We have two copies of our chromosomes, essentially (neglecting some detail), one from each parent.  One from each parent. Two copies of each gene.

If you interbreed a thing for long enough, you end up with both copies of genes, from both parents, being the same for traits we care about, like colour, days to maturity, size, sweetness, etc.  So it doesn't matter really, always, you will have the same progeny (ignoring a mutation, or a few other things), so long as you keep breeding that line.

If you take two inbred things from different "varieties" we can predict pretty exactly what the progeny will have for genes. It's repeatable.

Say the father has genes

AA
BB
CC

and the mother has

aa
bb
cc

All the offspring will be

Aa
Bb
Cc

Those genes behave predictably - so we know that all offspring of very inbred parents, will essentially have the same genes.

But if we start crossing the hybrid offspring, things get way less predictable! Because the parents have a mix of genes, and we can't predict which offspring will get which. And we start getting super cool things happening, from traits that may have more than one gene controlling them.

You can get more technical and start talking about recessive, dominant, and codominant traits. But that's the basics.

Since your parents aren't inbred for multiple generations, you and your siblings should definitely not look identical :)


Thano you, that makes total sense to me now.
 
Joseph Lofthouse
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Tomatoes contain around 32,000 genes. In the highly inbred tomatoes essentially all 32,000 pairs of corresponding alleles are identical.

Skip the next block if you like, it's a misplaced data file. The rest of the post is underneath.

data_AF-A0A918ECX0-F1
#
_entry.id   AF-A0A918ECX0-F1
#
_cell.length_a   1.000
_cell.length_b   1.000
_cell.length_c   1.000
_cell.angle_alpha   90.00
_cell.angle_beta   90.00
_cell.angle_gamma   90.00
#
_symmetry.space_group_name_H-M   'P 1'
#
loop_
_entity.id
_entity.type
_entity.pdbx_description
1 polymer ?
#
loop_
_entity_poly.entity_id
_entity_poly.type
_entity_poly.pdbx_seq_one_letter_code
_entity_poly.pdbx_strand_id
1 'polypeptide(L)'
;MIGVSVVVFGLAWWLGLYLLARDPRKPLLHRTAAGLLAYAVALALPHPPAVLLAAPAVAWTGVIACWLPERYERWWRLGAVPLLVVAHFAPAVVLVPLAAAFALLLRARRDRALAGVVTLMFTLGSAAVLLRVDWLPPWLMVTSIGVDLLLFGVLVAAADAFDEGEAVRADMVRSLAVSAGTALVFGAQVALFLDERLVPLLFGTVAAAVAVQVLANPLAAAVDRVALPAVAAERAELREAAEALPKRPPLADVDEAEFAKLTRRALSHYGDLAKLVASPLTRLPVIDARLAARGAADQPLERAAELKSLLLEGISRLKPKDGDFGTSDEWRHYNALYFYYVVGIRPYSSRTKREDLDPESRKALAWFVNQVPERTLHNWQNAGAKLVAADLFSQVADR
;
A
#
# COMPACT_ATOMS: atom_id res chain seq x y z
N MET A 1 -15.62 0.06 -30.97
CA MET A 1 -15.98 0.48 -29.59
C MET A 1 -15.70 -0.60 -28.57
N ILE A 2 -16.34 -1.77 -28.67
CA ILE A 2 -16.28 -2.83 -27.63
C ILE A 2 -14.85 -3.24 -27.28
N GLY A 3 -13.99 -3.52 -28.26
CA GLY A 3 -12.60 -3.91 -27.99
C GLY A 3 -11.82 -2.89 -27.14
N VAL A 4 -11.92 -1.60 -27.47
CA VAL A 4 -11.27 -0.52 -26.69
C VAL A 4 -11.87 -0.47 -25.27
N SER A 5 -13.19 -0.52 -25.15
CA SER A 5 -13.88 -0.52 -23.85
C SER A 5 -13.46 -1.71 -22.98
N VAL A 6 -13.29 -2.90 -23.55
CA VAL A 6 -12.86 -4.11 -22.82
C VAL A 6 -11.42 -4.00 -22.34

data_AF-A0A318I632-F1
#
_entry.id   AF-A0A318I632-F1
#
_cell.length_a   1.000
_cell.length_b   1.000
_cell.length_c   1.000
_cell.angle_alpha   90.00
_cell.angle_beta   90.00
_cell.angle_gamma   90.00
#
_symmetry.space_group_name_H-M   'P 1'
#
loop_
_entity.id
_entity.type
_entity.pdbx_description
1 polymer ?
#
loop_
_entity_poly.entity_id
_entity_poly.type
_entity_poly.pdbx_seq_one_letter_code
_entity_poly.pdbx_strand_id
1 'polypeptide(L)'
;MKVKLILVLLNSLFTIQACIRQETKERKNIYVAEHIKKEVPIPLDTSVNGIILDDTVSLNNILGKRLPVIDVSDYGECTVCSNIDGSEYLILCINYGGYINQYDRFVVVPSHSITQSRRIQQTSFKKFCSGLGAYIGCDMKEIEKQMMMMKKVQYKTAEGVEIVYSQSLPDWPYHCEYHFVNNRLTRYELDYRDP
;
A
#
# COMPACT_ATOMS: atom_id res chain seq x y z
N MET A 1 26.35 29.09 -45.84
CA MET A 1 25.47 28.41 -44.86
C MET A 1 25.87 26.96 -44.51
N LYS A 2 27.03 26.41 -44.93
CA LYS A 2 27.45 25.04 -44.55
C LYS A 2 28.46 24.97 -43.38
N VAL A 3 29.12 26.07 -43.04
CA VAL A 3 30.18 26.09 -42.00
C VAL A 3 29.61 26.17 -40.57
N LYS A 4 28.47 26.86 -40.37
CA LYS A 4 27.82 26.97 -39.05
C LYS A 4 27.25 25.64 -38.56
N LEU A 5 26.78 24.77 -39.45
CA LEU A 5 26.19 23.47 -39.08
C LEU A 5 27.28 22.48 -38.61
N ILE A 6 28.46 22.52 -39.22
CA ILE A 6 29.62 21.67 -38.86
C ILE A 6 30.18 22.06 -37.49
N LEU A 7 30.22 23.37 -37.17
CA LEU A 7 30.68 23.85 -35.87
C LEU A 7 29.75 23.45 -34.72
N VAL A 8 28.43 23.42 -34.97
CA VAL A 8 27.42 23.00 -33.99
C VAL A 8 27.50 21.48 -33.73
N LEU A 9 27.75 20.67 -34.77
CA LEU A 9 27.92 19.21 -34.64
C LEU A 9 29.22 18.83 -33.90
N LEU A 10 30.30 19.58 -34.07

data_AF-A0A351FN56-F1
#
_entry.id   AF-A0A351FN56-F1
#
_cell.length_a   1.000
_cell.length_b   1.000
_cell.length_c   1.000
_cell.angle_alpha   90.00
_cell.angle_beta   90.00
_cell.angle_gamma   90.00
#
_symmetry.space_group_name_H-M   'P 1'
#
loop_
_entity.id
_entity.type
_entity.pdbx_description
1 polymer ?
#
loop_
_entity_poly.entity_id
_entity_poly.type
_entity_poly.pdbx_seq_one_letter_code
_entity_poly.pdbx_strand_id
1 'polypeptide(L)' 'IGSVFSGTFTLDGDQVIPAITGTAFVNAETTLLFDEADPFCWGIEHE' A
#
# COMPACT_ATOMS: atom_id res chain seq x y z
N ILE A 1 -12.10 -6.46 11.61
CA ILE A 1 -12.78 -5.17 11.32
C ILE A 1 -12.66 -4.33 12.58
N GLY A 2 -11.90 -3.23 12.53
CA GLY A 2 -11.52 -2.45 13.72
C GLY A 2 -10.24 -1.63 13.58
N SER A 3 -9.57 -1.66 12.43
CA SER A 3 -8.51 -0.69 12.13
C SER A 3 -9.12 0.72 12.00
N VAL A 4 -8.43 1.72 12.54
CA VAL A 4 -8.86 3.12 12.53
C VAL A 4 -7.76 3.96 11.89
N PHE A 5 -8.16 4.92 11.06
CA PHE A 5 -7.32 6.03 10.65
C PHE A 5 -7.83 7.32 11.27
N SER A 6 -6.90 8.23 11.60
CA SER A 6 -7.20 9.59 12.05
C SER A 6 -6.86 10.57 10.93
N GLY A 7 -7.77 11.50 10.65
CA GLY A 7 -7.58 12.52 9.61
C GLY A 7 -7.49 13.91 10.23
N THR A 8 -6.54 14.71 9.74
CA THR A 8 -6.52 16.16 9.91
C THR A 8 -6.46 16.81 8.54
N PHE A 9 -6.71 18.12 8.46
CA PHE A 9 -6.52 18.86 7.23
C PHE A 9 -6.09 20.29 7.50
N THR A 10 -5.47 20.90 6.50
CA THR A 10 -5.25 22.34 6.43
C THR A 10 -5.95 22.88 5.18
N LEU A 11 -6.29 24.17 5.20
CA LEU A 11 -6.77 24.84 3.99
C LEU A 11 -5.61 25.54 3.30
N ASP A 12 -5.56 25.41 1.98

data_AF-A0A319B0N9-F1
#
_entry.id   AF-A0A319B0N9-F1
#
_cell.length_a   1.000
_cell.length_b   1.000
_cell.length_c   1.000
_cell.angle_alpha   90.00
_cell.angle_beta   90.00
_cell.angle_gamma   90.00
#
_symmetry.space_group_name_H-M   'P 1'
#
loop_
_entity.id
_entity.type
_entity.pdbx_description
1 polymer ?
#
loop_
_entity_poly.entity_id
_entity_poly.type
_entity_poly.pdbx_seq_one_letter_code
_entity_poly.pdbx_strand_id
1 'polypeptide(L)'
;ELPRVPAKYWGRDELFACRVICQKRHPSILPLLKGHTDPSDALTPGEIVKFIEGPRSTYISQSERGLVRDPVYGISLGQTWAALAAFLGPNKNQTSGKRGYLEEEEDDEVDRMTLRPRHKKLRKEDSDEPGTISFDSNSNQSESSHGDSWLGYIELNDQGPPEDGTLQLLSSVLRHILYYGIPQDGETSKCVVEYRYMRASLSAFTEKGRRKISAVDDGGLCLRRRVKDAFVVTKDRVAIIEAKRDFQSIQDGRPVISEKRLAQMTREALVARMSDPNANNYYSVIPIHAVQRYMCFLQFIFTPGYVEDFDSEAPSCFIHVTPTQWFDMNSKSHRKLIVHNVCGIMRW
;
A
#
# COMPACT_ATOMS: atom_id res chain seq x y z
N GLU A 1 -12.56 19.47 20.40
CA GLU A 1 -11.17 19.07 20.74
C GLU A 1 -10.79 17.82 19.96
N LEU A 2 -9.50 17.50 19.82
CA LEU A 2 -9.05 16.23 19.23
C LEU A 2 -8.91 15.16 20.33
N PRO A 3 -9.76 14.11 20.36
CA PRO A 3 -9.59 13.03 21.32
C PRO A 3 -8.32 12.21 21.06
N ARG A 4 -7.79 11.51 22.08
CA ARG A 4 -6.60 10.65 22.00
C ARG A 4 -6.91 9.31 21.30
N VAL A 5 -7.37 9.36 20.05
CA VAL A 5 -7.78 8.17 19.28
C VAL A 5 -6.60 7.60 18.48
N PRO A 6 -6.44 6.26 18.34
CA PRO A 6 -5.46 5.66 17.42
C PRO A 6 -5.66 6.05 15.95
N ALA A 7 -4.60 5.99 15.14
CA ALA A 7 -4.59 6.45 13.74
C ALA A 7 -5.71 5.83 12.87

Inbreds fail to thrive. With tomatoes, the hybrids average 50% more productivity than the highly inbred heirlooms from which they descend.
 
Bethany Brown
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Joseph Lofthouse wrote:Tomatoes contain around 32,000 genes. In the highly inbred tomatoes essentially all 32,000 pairs of corresponding alleles are identical.

Inbreds fail to thrive. With tomatoes, the hybrids average 50% more productivity than the highly inbred heirlooms from which they descend.



Wow, amazing info and very enlightening. It’s possible that’s in your book and I forgot. If so, thanks for helping me remember.
 
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Additional fun fact:  Using the same tools for estimating the gene number in tomato at 32,000 - 35,000, the Human Genome Consortium pegs the human genome to contain ~20,000 genes.  

I always lose the argument when I'm disagreeing with a point my Roma tomatoes are trying to make! :-)  .... clearly they have he edge on intelligence with some of those extra genes....lol

... I need to pick on that weed over there in the corner instead....Arabidopsis thaliana aka "Mouse-eared cress".  We have the same gene number, but I'm the one with the garden hoe!....

Ha!